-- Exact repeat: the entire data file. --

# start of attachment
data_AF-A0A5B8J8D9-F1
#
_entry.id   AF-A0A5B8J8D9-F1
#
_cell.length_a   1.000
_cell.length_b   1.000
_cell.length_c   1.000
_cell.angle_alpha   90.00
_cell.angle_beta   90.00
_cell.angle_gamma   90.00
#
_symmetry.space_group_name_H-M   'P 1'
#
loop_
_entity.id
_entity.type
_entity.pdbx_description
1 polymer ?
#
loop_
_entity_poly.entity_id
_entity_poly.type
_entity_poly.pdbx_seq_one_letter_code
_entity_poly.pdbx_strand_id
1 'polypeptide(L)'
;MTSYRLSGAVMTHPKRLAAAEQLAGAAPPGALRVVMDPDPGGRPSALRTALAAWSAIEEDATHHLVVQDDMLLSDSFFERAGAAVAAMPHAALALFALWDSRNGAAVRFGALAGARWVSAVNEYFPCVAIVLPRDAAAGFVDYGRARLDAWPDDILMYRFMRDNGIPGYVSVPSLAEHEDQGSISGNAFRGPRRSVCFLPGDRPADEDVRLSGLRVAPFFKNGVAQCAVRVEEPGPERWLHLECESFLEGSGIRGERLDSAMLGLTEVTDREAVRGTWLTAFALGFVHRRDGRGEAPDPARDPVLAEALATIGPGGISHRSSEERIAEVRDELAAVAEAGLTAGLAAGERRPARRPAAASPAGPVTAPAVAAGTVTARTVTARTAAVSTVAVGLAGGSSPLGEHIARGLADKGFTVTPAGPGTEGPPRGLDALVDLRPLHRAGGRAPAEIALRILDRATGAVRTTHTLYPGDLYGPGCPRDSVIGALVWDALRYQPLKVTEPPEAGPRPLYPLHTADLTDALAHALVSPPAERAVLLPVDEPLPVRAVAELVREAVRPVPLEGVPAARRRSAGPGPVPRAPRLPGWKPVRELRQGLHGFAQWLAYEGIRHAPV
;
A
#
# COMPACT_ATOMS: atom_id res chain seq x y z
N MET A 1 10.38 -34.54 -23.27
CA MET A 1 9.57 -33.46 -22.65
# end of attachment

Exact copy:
data_AF-A0A5B8J8D9-F1
#
_entry.id   AF-A0A5B8J8D9-F1
#
_cell.length_a   1.000
_cell.length_b   1.000
_cell.length_c   1.000
_cell.angle_alpha   90.00
_cell.angle_beta   90.00
_cell.angle_gamma   90.00
#
_symmetry.space_group_name_H-M   'P 1'
#
loop_
_entity.id
_entity.type
_entity.pdbx_description
1 polymer ?
#
loop_
_entity_poly.entity_id
_entity_poly.type
_entity_poly.pdbx_seq_one_letter_code
_entity_poly.pdbx_strand_id
1 'polypeptide(L)'
;MTSYRLSGAVMTHPKRLAAAEQLAGAAPPGALRVVMDPDPGGRPSALRTALAAWSAIEEDATHHLVVQDDMLLSDSFFERAGAAVAAMPHAALALFALWDSRNGAAVRFGALAGARWVSAVNEYFPCVAIVLPRDAAAGFVDYGRARLDAWPDDILMYRFMRDNGIPGYVSVPSLAEHEDQGSISGNAFRGPRRSVCFLPGDRPADEDVRLSGLRVAPFFKNGVAQCAVRVEEPGPERWLHLECESFLEGSGIRGERLDSAMLGLTEVTDREAVRGTWLTAFALGFVHRRDGRGEAPDPARDPVLAEALATIGPGGISHRSSEERIAEVRDELAAVAEAGLTAGLAAGERRPARRPAAASPAGPVTAPAVAAGTVTARTVTARTAAVSTVAVGLAGGSSPLGEHIARGLADKGFTVTPAGPGTEGPPRGLDALVDLRPLHRAGGRAPAEIALRILDRATGAVRTTHTLYPGDLYGPGCPRDSVIGALVWDALRYQPLKVTEPPEAGPRPLYPLHTADLTDALAHALVSPPAERAVLLPVDEPLPVRAVAELVREAVRPVPLEGVPAARRRSAGPGPVPRAPRLPGWKPVRELRQGLHGFAQWLAYEGIRHAPV
;
A
#
# COMPACT_ATOMS: atom_id res chain seq x y z
N MET A 1 10.38 -34.54 -23.27
CA MET A 1 9.57 -33.46 -22.65